Oh Canada. So often forgotten during the Edward Snowden leaks. With all the attention on the likes of the US and UK for tapping into undersea cables and New Zealand for going after Kim Dotcom's file locker services, it's easy to forget that Canada, like the aforementioned nations and Australia, are all pat of the “Five Eyes,” spying network. They help each other out. So it's no real surprise that new information has come to light that shows the North American nation was just as active as the rest of them, analysing some 15 million downloads and uploads of popular sites every day, just in-case one of those doing it is a terrorist.
The documents revealing this information come Edward Snowden, via CBC News and The Intercept, and detail the scheme known as Levitation, that is able to monitor uploads and downloads from certain websites in any number of countries, including most of Europe, certain parts of Africa and the Middle East.
“Every single thing that you do – in this case uploading/downloading files to these sites – that act is being archived, collected and analysed,” said Ron Deibert, head of Toronto based think-tank, Citizen Lab.
Ostensibly, the idea behind the scheme is to sift through all of the files people are downloading, hoping that someone will look at something like a bomb making guide or something else potentially terrorism related. At that point, that individual can be investigated further, though the Canadian intelligence agency, the CSE, did joke in the released documents that it would probably mean sorting through a lot of episodes of TV series Glee.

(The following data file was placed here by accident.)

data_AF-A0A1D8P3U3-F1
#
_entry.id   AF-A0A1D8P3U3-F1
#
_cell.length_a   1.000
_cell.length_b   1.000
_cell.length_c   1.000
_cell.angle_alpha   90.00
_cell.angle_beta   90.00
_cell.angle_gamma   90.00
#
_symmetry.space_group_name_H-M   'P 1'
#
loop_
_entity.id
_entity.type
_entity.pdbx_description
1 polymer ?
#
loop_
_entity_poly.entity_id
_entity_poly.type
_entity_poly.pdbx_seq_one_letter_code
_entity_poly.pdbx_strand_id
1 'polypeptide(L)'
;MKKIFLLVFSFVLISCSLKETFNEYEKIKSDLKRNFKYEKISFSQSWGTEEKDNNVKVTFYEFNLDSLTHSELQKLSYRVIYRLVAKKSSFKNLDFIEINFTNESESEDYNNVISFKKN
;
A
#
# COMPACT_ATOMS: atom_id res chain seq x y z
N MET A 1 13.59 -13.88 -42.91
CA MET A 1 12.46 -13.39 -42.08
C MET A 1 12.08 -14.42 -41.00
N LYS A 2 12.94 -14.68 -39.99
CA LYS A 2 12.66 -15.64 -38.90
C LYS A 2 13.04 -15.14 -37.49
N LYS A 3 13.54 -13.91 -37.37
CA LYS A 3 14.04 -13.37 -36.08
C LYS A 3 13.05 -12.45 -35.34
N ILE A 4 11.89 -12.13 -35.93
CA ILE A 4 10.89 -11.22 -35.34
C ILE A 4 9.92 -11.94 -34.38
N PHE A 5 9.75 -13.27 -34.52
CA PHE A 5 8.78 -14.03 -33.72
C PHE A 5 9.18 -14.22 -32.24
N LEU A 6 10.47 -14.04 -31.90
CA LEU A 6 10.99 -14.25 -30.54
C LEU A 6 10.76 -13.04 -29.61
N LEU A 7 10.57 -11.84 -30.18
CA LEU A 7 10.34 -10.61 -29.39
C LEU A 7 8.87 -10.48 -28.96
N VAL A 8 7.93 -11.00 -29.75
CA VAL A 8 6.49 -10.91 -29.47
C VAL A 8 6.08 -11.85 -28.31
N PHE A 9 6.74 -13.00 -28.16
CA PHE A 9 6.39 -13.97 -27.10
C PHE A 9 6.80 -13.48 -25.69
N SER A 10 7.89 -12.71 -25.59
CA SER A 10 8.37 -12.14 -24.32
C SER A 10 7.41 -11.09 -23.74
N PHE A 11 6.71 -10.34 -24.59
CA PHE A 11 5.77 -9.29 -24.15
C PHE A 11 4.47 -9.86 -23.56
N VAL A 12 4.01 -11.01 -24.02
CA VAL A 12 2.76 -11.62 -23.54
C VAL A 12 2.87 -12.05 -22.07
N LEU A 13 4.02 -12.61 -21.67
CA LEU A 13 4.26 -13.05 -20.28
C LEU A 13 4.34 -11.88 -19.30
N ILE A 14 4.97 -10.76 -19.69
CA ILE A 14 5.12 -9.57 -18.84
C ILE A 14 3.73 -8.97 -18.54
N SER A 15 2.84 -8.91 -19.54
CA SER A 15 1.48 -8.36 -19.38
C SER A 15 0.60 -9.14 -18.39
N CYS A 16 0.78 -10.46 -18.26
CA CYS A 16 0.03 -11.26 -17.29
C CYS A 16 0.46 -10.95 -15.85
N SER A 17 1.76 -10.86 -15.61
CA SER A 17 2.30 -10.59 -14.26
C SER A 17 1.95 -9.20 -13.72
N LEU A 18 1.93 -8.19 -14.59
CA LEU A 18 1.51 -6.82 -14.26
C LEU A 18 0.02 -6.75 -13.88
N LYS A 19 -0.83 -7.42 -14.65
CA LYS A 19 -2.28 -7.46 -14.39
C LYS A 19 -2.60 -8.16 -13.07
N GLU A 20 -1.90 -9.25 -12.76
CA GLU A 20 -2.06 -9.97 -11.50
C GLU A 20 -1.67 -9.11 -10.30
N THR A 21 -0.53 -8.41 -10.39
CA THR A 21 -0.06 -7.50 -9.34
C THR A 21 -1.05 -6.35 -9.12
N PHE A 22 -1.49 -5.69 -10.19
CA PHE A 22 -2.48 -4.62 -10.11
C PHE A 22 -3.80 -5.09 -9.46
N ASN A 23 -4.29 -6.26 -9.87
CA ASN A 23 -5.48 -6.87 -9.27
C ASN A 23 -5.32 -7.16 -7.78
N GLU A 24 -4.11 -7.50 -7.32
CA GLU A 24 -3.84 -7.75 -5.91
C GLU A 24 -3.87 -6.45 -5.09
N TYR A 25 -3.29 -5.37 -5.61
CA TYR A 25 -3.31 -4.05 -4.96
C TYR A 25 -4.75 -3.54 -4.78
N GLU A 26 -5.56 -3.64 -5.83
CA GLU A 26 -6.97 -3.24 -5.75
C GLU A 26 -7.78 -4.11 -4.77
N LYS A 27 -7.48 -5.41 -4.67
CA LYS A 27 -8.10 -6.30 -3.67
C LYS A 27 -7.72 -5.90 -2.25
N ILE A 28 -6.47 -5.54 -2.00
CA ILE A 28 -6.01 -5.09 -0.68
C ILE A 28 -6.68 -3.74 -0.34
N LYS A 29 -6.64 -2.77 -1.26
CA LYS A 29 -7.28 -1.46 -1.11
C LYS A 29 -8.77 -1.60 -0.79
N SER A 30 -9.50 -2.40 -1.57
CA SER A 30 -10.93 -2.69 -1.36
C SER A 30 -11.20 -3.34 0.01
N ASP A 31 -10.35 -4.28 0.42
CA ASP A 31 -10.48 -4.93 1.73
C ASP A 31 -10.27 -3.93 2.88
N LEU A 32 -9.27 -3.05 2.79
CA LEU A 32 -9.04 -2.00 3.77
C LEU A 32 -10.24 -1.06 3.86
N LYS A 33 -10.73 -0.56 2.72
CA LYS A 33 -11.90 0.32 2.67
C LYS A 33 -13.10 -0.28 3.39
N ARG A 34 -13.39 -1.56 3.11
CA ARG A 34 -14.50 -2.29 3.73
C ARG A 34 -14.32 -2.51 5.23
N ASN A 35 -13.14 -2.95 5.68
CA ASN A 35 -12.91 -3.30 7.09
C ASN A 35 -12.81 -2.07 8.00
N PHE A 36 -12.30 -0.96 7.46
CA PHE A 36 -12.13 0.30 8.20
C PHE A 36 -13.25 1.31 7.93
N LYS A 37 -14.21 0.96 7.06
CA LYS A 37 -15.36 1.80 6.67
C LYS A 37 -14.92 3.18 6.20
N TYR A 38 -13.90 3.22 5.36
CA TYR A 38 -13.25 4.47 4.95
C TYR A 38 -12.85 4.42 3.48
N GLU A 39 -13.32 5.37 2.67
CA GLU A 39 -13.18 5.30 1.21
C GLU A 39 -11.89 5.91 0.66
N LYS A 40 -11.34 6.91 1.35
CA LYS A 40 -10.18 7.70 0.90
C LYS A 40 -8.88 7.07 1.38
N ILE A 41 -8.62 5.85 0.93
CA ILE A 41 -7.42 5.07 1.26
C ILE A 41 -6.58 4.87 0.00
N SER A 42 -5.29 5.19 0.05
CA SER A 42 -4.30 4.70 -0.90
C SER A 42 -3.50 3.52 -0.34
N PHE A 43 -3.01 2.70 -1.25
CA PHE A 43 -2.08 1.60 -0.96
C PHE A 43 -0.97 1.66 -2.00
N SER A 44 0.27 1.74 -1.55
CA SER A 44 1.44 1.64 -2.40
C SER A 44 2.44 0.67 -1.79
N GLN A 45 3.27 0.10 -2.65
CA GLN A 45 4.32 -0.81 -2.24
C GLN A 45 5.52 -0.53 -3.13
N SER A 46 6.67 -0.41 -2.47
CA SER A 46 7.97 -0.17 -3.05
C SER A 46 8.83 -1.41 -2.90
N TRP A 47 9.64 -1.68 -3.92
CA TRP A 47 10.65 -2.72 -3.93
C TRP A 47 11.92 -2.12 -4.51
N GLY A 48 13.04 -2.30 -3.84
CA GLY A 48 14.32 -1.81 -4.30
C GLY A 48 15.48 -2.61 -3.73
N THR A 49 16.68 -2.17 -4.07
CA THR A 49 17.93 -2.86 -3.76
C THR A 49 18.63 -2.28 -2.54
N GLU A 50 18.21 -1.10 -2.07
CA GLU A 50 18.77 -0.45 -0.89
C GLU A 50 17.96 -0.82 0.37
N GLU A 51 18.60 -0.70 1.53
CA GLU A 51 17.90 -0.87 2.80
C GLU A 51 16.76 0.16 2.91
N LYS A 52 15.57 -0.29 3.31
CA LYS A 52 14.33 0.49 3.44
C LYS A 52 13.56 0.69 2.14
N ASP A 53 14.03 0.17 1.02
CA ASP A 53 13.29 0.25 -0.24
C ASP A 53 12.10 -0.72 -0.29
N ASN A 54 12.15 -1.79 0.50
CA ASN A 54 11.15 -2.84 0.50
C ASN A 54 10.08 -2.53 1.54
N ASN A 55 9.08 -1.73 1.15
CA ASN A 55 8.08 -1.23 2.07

Of all those millions of downloads monitored every day, only around 350 are worth further investigation every month. Considering how ineffective the NSA's own efforts were in a similar regard, managing to potentially stop one terrorist attack after years of surveillance, it's easy to speculate that out of those 350, very few, if any are related to legitimate terrorist threats.
While only being released now, these slides date back to 2012, so it's not clear whether this scheme is still operating in the same way today.
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tiGuru Says: Such a bizarre drag-net tactic. Surely there are more effective ways to track down terrorism?
Image source: FirstLook